A judge on Aug. 19 turned down a prosecutor’s request to increase the current $2 million bail bond for Ramona businessman James Kurtenbach, who remains free while he awaits a January 2010 trial for murder, arson and insurance fraud stemming from the death of an employee.
El Cajon Superior Court Judge Herbert Exarhos said there was little change in circumstances since a previous judge set bail at $2 million and Kurtenbach has made all of his court appearances. Exarhos did order Kurtenbach to stay 100 yards away from four people who testified against him last week, and he also allowed the businessman to be searched without a warrant.
Deputy District Attorney Fiona Khalil presented testimony on Aug. 18 from two Ramona couples who said they felt threatened when Kurtenbach tried to collect money they owe him. But Kurtenbach’s attorney, Kerry Steigerwalt, argued that the debt collection and some of the supposed statements by Kurtenbach occurred before the Oct. 31, 2008, fire that killed Joseph Nesheiwat, 24, in Kurtenbach’s vacant home.
Kurtenbach, 48, has pleaded not guilty to charges of murder, arson, insurance fraud, conspiracy, tax evasion and other felonies.
Nesheiwat was burned over 85 percent of his body and died quickly following a powerful explosion that destroyed Kurtenbach’s vacant home at 16421 N. Woodson Drive.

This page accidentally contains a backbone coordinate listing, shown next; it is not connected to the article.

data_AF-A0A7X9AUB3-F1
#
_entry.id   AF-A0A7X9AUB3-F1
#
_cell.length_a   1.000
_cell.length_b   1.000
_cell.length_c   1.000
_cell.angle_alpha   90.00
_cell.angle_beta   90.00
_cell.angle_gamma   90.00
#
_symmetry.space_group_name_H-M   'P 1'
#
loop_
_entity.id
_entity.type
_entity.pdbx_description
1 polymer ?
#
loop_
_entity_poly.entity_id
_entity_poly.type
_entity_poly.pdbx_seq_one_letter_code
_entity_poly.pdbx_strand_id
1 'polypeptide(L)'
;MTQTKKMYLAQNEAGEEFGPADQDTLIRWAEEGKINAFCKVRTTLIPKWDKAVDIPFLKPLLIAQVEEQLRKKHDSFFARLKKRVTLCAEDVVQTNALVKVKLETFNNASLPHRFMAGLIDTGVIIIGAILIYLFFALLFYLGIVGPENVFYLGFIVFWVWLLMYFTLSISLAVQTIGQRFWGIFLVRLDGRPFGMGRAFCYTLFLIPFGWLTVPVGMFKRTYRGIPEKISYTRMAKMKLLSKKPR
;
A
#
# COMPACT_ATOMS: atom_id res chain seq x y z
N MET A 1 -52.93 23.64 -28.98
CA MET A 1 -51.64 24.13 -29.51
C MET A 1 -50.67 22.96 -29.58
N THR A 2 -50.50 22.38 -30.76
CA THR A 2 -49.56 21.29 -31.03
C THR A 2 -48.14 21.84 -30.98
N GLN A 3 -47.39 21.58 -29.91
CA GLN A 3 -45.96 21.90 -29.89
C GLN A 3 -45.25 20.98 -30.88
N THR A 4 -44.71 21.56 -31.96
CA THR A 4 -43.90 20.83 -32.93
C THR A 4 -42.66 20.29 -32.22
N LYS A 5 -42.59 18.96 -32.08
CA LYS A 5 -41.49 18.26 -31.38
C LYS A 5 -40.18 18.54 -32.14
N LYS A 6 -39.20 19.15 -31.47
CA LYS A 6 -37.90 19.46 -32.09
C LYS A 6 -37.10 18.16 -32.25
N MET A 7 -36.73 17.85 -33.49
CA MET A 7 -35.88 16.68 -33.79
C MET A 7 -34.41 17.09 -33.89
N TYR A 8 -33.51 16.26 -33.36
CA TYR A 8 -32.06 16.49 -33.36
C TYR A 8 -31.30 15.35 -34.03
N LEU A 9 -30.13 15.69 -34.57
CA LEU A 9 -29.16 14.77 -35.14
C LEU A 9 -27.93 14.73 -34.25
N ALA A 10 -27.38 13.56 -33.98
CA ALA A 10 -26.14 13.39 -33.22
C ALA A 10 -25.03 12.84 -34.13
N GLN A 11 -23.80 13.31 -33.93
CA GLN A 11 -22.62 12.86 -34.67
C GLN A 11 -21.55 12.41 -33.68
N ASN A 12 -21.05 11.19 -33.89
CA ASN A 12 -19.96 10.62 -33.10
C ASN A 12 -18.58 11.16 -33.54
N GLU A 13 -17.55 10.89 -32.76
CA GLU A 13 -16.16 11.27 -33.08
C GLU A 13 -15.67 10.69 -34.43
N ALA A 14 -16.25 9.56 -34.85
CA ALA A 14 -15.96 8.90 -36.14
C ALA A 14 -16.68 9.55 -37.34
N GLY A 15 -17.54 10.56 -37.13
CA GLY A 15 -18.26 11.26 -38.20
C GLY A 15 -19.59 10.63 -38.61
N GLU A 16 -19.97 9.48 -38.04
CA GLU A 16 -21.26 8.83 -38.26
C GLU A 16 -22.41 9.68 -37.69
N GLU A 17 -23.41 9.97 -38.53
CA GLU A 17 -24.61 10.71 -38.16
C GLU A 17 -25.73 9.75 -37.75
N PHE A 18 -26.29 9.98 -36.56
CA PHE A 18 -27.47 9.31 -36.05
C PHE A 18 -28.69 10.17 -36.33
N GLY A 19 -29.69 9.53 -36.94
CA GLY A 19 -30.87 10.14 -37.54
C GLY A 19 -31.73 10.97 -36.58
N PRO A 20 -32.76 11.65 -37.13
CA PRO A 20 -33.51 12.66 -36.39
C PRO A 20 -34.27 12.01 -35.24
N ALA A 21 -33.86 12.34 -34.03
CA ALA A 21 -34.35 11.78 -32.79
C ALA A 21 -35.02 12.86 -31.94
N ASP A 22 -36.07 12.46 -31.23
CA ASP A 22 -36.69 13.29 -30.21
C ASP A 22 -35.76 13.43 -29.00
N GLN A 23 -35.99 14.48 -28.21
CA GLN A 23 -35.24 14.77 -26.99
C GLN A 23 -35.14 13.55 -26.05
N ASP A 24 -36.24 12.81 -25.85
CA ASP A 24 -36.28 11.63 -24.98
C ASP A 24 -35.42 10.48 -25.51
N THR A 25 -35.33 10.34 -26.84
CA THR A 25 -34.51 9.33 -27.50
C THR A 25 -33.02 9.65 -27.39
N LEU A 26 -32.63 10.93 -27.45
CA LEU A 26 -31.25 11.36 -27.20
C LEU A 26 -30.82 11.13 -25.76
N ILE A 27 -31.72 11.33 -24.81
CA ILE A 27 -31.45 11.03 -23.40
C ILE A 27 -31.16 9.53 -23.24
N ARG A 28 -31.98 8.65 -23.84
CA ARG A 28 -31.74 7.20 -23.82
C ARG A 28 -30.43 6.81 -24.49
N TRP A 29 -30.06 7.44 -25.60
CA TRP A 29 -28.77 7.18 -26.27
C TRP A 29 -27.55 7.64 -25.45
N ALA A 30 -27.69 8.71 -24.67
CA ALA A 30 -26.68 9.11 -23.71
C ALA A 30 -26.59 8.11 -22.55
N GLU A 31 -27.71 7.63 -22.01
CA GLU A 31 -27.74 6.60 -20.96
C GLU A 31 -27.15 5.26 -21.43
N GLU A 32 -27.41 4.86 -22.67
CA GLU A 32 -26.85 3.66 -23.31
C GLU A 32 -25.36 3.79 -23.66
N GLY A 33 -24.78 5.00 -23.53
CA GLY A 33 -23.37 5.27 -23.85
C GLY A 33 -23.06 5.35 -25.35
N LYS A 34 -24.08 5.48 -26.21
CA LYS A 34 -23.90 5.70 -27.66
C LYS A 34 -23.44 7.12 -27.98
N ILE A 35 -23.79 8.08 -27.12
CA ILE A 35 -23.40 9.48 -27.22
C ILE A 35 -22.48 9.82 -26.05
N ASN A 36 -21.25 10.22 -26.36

Kurtenbach has been monitored with a GPS device on his ankle since a bail bond agency posted bail for him on Jan. 31, according to court records. The GPS device is monitored by the bail bond agency and his whereabouts are known at all times. He is required to remain in San Diego County.
“It was unnecessary,” said Steigerwalt afterward about the bail hearing. “There was no urgency of the necessity of the hearing.”
He added that he thought the judge’s ruling was “a breath of fresh air.”
Steigerwalt told the judge that Kurtenbach has now retained a collection agency to get money owed by 80 people in Ramona who had accounts with his Stars Gas Station, which is one of nine service stations in Ramona. Steigerwalt said the delinquent amount owed by the 80 people comes to $180,000.
“Jim has an incredible, generous heart. He affords them credit on their gasoline accounts,” said Steigerwalt. “He tried informally to collect it.”
Steigerwalt said the collection agency would take 30 percent of the amount recovered as its commission. He said Kurtenbach has already won 42 small claims suits.
Steigerwalt said approximately 2,500 cars come into Kurtenbach’s service station daily.
Khalil didn’t specify how much she thought the bail should be increased, but she argued in court papers the increase was needed “to ensure the safety of the public.” She wrote that Kurtenbach’s “behavior is astounding in its blatant disregard for safety,” particularly regarding how Kurtenbach drove a vehicle and allegedly followed people.
Khalil used testimony from Bob and Denise Woodward, who own a fencing business in Ramona, to document how Kurtenbach was trying to collect money they owe him.
Woodward won a permanent restraining order from El Cajon Superior Court Judge Allan Preckel on Aug. 6 after saying Kurtenbach was at his house at 6:45 a.m. pounding on the door and demanding money.
Woodward testified Kurtenbach was following him.